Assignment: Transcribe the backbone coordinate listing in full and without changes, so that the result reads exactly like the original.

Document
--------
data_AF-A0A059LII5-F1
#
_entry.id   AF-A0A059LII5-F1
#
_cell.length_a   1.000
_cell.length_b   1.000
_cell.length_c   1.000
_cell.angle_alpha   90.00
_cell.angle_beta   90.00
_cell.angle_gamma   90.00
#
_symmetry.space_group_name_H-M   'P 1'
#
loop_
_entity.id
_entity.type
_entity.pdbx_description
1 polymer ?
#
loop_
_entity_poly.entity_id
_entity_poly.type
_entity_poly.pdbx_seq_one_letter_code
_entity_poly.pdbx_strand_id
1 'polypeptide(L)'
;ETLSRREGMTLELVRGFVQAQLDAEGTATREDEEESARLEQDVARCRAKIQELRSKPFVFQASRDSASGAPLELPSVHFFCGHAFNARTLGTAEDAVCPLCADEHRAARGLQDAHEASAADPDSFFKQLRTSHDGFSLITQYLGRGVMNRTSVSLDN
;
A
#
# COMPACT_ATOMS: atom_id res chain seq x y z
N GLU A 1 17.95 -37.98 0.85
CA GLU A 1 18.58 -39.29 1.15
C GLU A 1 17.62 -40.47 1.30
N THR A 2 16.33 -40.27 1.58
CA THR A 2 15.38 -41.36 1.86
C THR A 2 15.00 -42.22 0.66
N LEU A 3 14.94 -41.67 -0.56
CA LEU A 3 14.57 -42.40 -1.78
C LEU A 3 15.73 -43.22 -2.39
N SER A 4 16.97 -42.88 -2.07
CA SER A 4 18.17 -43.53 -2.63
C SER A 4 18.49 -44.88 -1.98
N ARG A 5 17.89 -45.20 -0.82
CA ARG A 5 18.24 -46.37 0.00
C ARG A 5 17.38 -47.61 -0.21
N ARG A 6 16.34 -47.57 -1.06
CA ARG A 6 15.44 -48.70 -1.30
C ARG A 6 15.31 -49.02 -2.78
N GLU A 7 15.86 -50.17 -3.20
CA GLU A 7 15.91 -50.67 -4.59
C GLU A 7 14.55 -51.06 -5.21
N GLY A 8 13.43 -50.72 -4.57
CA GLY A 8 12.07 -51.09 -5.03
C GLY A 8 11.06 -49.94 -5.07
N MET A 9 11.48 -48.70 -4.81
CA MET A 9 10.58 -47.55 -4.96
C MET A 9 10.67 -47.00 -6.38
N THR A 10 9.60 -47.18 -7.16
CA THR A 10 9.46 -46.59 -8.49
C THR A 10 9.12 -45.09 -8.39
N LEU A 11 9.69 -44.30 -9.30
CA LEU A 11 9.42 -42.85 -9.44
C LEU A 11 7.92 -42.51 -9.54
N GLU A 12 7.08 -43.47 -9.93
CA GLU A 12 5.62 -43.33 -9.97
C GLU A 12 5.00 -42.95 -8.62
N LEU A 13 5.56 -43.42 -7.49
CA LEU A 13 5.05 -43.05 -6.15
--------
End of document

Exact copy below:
data_AF-A0A059LII5-F1
#
_entry.id   AF-A0A059LII5-F1
#
_cell.length_a   1.000
_cell.length_b   1.000
_cell.length_c   1.000
_cell.angle_alpha   90.00
_cell.angle_beta   90.00
_cell.angle_gamma   90.00
#
_symmetry.space_group_name_H-M   'P 1'
#
loop_
_entity.id
_entity.type
_entity.pdbx_description
1 polymer ?
#
loop_
_entity_poly.entity_id
_entity_poly.type
_entity_poly.pdbx_seq_one_letter_code
_entity_poly.pdbx_strand_id
1 'polypeptide(L)'
;ETLSRREGMTLELVRGFVQAQLDAEGTATREDEEESARLEQDVARCRAKIQELRSKPFVFQASRDSASGAPLELPSVHFFCGHAFNARTLGTAEDAVCPLCADEHRAARGLQDAHEASAADPDSFFKQLRTSHDGFSLITQYLGRGVMNRTSVSLDN
;
A
#
# COMPACT_ATOMS: atom_id res chain seq x y z
N GLU A 1 17.95 -37.98 0.85
CA GLU A 1 18.58 -39.29 1.15
C GLU A 1 17.62 -40.47 1.30
N THR A 2 16.33 -40.27 1.58
CA THR A 2 15.38 -41.36 1.86
C THR A 2 15.00 -42.22 0.66
N LEU A 3 14.94 -41.67 -0.56
CA LEU A 3 14.57 -42.40 -1.78
C LEU A 3 15.73 -43.22 -2.39
N SER A 4 16.97 -42.88 -2.07
CA SER A 4 18.17 -43.53 -2.63
C SER A 4 18.49 -44.88 -1.98
N ARG A 5 17.89 -45.20 -0.82
CA ARG A 5 18.24 -46.37 0.00
C ARG A 5 17.38 -47.61 -0.21
N ARG A 6 16.34 -47.57 -1.06
CA ARG A 6 15.44 -48.70 -1.30
C ARG A 6 15.31 -49.02 -2.78
N GLU A 7 15.86 -50.17 -3.20
CA GLU A 7 15.91 -50.67 -4.59
C GLU A 7 14.55 -51.06 -5.21
N GLY A 8 13.43 -50.72 -4.57
CA GLY A 8 12.07 -51.09 -5.03
C GLY A 8 11.06 -49.94 -5.07
N MET A 9 11.48 -48.70 -4.81
CA MET A 9 10.58 -47.55 -4.96
C MET A 9 10.67 -47.00 -6.38
N THR A 10 9.60 -47.18 -7.16
CA THR A 10 9.46 -46.59 -8.49
C THR A 10 9.12 -45.09 -8.39
N LEU A 11 9.69 -44.30 -9.30
CA LEU A 11 9.42 -42.85 -9.44
C LEU A 11 7.92 -42.51 -9.54
N GLU A 12 7.08 -43.47 -9.93
CA GLU A 12 5.62 -43.33 -9.97
C GLU A 12 5.00 -42.95 -8.62
N LEU A 13 5.56 -43.42 -7.49
CA LEU A 13 5.05 -43.05 -6.15